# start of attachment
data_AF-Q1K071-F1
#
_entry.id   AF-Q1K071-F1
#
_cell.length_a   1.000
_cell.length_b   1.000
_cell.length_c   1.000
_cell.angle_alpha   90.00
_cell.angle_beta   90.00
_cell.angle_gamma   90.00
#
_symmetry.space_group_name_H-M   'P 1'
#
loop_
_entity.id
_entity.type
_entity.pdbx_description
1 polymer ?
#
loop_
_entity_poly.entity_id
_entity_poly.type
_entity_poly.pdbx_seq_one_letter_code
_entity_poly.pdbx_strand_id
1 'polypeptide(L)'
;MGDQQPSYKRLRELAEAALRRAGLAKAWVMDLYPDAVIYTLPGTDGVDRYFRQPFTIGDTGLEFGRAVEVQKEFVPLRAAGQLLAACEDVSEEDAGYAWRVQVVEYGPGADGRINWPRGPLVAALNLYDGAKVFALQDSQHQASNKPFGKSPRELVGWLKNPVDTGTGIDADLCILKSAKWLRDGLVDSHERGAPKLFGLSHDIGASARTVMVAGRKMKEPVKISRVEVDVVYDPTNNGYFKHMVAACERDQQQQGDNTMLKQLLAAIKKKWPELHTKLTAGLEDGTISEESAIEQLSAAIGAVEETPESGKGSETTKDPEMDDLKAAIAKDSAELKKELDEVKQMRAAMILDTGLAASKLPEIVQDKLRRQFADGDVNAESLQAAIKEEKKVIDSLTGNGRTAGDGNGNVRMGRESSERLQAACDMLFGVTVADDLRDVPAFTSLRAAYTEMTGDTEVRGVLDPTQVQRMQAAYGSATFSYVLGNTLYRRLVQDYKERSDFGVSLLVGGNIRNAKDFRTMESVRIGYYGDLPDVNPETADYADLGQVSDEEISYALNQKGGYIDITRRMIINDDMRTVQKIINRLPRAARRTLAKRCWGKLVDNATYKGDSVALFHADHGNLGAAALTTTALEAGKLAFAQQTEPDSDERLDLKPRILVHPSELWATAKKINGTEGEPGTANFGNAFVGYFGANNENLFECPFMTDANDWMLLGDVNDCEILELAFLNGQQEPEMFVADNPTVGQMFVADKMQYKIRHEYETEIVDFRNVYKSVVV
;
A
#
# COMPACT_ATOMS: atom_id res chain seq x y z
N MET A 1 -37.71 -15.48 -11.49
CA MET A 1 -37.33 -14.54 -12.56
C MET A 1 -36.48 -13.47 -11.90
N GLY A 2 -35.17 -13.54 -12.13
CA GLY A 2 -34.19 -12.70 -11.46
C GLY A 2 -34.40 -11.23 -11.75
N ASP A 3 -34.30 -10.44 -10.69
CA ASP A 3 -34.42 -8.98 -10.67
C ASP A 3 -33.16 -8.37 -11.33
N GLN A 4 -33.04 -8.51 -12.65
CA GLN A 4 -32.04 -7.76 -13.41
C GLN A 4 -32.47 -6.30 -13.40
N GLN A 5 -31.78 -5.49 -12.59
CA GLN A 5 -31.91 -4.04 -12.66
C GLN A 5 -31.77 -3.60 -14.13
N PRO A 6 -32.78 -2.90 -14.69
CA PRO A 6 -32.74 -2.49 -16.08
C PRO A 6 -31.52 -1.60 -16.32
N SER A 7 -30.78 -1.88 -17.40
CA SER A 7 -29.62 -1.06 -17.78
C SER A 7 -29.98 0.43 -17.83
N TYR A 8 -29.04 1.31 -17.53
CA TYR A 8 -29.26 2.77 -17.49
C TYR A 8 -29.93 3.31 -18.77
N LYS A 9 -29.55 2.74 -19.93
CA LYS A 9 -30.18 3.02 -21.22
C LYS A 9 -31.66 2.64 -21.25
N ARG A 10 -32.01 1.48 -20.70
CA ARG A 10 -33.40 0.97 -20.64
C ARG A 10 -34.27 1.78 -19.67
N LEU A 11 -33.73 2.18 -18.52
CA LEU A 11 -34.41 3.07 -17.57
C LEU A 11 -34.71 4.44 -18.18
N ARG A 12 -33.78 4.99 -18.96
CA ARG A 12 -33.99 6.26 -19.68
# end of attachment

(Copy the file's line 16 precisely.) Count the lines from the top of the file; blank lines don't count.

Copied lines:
_entity.type